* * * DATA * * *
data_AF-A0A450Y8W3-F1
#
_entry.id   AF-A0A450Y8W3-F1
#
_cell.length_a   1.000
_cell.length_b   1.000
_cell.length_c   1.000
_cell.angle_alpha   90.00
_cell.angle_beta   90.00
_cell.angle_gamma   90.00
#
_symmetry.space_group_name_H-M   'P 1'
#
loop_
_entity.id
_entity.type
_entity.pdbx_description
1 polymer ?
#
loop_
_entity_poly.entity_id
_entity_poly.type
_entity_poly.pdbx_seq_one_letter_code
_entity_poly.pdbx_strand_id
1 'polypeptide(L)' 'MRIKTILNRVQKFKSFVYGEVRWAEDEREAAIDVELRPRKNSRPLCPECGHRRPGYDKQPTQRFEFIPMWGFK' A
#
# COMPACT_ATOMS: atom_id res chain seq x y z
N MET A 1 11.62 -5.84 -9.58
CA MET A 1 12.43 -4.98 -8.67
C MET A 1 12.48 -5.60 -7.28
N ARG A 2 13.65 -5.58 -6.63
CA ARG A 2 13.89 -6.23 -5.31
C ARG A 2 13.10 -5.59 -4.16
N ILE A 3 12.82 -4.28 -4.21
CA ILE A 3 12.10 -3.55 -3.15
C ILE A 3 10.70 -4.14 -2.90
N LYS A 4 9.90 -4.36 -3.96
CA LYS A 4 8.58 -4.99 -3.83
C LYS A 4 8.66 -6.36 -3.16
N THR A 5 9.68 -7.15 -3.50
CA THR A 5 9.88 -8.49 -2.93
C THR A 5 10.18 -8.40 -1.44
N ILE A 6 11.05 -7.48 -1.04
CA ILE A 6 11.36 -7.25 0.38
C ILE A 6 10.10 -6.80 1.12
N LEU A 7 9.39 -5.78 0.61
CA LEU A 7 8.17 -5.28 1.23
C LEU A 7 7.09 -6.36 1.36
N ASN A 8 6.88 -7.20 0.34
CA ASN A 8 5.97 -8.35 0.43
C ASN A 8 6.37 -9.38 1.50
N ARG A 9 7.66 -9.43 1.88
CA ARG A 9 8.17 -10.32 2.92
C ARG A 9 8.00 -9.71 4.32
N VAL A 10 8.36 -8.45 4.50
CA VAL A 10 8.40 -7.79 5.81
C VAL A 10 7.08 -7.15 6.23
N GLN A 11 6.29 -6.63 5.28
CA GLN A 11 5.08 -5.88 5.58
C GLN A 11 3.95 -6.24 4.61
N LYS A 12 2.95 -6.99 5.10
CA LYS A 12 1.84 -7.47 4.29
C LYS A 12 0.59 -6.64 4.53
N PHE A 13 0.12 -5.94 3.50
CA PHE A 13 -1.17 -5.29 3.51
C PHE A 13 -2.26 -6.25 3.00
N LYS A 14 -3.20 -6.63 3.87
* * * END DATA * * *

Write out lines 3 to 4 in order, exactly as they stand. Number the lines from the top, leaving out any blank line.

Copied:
_entry.id   AF-A0A450Y8W3-F1
#